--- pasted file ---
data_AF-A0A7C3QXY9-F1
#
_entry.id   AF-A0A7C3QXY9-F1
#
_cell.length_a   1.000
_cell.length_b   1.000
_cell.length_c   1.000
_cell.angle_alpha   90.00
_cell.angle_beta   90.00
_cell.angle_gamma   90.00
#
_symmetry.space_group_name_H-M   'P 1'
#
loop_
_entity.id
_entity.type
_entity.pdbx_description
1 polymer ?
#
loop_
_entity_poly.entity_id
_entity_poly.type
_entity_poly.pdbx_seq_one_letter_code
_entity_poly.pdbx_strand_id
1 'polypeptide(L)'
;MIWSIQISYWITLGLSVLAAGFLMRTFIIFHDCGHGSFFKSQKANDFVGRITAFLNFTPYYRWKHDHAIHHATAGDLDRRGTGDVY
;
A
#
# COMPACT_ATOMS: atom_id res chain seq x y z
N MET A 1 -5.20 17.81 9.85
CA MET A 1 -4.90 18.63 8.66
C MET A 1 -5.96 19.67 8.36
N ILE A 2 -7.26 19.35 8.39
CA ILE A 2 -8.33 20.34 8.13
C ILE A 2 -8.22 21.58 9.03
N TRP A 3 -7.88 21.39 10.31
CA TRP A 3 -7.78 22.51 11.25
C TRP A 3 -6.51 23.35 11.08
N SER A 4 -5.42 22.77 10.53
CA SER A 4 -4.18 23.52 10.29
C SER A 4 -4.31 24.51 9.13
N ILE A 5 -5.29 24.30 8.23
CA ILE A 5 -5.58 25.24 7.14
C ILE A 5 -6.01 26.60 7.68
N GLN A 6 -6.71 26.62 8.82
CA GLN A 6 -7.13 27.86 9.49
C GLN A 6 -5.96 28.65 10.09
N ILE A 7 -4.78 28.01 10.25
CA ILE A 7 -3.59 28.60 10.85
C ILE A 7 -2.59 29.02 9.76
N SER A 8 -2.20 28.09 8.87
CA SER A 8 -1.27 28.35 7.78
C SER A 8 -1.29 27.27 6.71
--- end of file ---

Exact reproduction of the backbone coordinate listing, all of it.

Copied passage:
data_AF-A0A7C3QXY9-F1
#
_entry.id   AF-A0A7C3QXY9-F1
#
_cell.length_a   1.000
_cell.length_b   1.000
_cell.length_c   1.000
_cell.angle_alpha   90.00
_cell.angle_beta   90.00
_cell.angle_gamma   90.00
#
_symmetry.space_group_name_H-M   'P 1'
#
loop_
_entity.id
_entity.type
_entity.pdbx_description
1 polymer ?
#
loop_
_entity_poly.entity_id
_entity_poly.type
_entity_poly.pdbx_seq_one_letter_code
_entity_poly.pdbx_strand_id
1 'polypeptide(L)'
;MIWSIQISYWITLGLSVLAAGFLMRTFIIFHDCGHGSFFKSQKANDFVGRITAFLNFTPYYRWKHDHAIHHATAGDLDRRGTGDVY
;
A
#
# COMPACT_ATOMS: atom_id res chain seq x y z
N MET A 1 -5.20 17.81 9.85
CA MET A 1 -4.90 18.63 8.66
C MET A 1 -5.96 19.67 8.36
N ILE A 2 -7.26 19.35 8.39
CA ILE A 2 -8.33 20.34 8.13
C ILE A 2 -8.22 21.58 9.03
N TRP A 3 -7.88 21.39 10.31
CA TRP A 3 -7.78 22.51 11.25
C TRP A 3 -6.51 23.35 11.08
N SER A 4 -5.42 22.77 10.53
CA SER A 4 -4.18 23.52 10.29
C SER A 4 -4.31 24.51 9.13
N ILE A 5 -5.29 24.30 8.23
CA ILE A 5 -5.58 25.24 7.14
C ILE A 5 -6.01 26.60 7.68
N GLN A 6 -6.71 26.62 8.82
CA GLN A 6 -7.13 27.86 9.49
C GLN A 6 -5.96 28.65 10.09
N ILE A 7 -4.78 28.01 10.25
CA ILE A 7 -3.59 28.60 10.85
C ILE A 7 -2.59 29.02 9.76
N SER A 8 -2.20 28.09 8.87
CA SER A 8 -1.27 28.35 7.78
C SER A 8 -1.29 27.27 6.71